The move in Apple’s stock over the past few years has been nothing short of unbelievable – going from $90 at the start of ’09 to near $600 today (566% gain), and from $400 just a short two and a half months ago (50% gain). But if you looked at all of the data from all of the stocks ever traded, you would likely find that the average stock rises about 10% to 15% over a three year period (we didn’t do this, but that would be our guess, and serves for purposes of this example). The odds of a stock doing what Apple has just done would be on the order of 1 in a million or so according to standard statistical methods.
But here’s the thing – these types of outlier moves (both up and down) happen way more frequently than once every million times, highlighting one of the often forgotten aspects of the investment world, that financial matters are not normally distributed. That is, you can’t use normal statistical measures (even when using the actual outlier data…) to make observations about what may happen moving forward. Here’s what we had to say about it in a 2010 newsletter:
Now, normally distributed is a statistical term meaning that any observations we see in a data set will be in a bell curve shape, with roughly 68% of the data points being 1 standard deviation above or below the average, and 95% being within 2 standard deviations of the average, and virtually no data points outside of 3 standard deviations above or below the average (just .027%).
Problem is – financial market returns are not normally distributed. If 2008 didn’t teach us that, consider the double digit sigma move during the flash crash on May 6th of this year, or the mother of all normal distribution killing moves – Black Monday in October of 1987. Using a normal distribution curve, there was a 1 in a trillion chance of prices being down more than 6% on 10/21/87, yet they fell -20% in a singled session.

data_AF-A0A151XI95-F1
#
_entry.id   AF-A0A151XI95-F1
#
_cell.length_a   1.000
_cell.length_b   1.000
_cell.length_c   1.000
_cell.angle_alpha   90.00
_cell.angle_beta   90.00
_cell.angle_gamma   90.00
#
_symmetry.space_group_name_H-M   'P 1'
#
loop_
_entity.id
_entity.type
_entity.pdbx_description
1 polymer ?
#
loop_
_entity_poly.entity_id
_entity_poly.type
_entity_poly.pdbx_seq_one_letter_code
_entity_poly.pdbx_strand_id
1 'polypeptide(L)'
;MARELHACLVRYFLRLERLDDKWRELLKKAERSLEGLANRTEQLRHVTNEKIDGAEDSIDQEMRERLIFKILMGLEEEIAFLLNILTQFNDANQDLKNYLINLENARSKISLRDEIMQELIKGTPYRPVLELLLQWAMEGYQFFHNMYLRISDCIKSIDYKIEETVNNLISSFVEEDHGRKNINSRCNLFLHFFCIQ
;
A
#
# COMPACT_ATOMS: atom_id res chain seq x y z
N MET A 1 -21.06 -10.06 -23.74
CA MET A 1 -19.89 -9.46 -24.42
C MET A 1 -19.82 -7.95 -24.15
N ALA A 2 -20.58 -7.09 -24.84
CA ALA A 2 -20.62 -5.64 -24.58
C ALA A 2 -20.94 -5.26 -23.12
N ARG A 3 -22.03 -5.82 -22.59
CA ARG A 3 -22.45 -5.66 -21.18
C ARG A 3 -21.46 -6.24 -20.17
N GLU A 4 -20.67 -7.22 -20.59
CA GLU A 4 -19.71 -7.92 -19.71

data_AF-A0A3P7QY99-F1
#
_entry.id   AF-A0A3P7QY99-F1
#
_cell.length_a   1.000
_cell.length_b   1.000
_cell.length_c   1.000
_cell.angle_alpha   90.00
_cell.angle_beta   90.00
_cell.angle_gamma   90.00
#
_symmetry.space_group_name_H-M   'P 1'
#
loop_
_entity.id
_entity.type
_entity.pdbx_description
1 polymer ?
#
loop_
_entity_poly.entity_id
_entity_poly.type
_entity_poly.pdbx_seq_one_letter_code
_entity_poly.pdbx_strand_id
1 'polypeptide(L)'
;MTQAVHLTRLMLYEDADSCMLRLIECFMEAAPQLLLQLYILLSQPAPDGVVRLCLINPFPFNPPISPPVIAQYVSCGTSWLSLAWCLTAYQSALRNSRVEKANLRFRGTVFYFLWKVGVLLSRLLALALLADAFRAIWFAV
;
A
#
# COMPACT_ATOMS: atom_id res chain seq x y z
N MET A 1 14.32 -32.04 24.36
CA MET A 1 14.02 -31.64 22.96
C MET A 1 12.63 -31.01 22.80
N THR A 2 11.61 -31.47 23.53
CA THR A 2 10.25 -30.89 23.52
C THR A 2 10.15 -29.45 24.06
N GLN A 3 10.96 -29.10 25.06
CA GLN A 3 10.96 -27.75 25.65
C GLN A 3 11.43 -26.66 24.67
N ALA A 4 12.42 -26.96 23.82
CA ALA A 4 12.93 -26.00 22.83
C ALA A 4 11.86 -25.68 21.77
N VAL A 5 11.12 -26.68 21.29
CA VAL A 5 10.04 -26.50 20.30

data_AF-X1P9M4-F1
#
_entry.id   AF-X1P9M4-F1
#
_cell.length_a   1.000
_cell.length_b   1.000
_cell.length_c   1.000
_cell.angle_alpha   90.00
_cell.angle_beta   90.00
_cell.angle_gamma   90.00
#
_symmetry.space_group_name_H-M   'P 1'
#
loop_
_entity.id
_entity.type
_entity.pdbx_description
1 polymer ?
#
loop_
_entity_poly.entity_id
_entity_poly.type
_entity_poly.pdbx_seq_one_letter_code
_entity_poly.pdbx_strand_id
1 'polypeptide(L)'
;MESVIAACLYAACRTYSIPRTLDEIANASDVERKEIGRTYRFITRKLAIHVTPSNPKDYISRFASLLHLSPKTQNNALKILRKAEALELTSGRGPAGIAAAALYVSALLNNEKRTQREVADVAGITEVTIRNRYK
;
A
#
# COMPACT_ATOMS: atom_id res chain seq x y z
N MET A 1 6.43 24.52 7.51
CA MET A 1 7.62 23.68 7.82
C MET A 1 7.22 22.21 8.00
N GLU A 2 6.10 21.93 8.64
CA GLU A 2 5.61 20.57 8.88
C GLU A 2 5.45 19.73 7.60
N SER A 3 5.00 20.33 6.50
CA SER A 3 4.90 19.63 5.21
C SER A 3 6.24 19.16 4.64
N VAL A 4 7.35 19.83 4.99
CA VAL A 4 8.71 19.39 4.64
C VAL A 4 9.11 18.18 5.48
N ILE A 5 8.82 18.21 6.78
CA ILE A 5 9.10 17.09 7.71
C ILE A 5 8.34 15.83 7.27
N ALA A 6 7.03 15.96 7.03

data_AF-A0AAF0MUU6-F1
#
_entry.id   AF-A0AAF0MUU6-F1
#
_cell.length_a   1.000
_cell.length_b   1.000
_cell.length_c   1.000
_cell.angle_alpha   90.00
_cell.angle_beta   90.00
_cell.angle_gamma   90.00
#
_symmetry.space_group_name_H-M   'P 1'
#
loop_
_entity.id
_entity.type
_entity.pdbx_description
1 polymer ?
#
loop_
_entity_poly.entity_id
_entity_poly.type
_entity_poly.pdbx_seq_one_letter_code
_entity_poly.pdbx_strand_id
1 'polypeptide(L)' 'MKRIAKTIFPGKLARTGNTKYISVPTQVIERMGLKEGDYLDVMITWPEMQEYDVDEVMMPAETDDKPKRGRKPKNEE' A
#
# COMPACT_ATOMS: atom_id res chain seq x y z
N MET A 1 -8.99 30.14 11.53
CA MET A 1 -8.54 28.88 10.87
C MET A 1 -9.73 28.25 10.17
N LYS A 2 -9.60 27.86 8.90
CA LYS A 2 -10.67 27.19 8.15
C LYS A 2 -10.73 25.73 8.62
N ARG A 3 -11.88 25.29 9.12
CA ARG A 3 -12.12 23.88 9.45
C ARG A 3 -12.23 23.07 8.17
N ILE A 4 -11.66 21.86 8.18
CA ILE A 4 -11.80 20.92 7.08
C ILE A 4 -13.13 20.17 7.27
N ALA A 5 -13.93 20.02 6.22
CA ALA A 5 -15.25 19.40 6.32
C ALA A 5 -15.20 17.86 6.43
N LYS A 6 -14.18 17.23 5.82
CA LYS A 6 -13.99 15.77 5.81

Nassim Taleb, author of the fabulous book Black Swan separates normally distributed and non-normally distributed by saying that which belongs to normally distributed curves exists in mediocristan, and everything else exists in a place called extremistan. Unfortunately for the efficient frontier and any financial models assuming a normal curve – we live in extremistan!
Take the distribution of wealth as compared to the distribution of human height as an example. Consider that the tallest human ever recorded was 8’ 11”, or about 1.6 times the average, and 10 standard deviations outside of the average.
Now consider Bill Gates and his net worth of about $54 Billion. How tall do you think a person would have to be so that they are as much over the average in height, as Bill Gates is over the average in wealth? 10ft tall? 50? 1000? Would you believe 1.6 million feet, or 303 miles, tall… which is about the length of Lake Michigan. That is how much greater Bill Gates’ wealth is than the average American. He should literally not exist in a world which is normally distributed, being thousands of standard deviations above the average. But he does exist, and those $54 Billion are really his, making it painfully obvious for those of us down there within a few standard deviations of the mean that we are in fact in extremistan.
We’ll hope you forgive us for talking about Apple’s stock and Bill Gates in the same post… but the point remains whether you are talking about the former tech champion Microsoft’s leader’s net worth, or the price of the stock of the new tech leader – financial markets are NOT NORMALLY DISTRIBUTED. In the financial world, you are just as likely to run into a “300 mile tall man” as you are a “1 inch tall person.”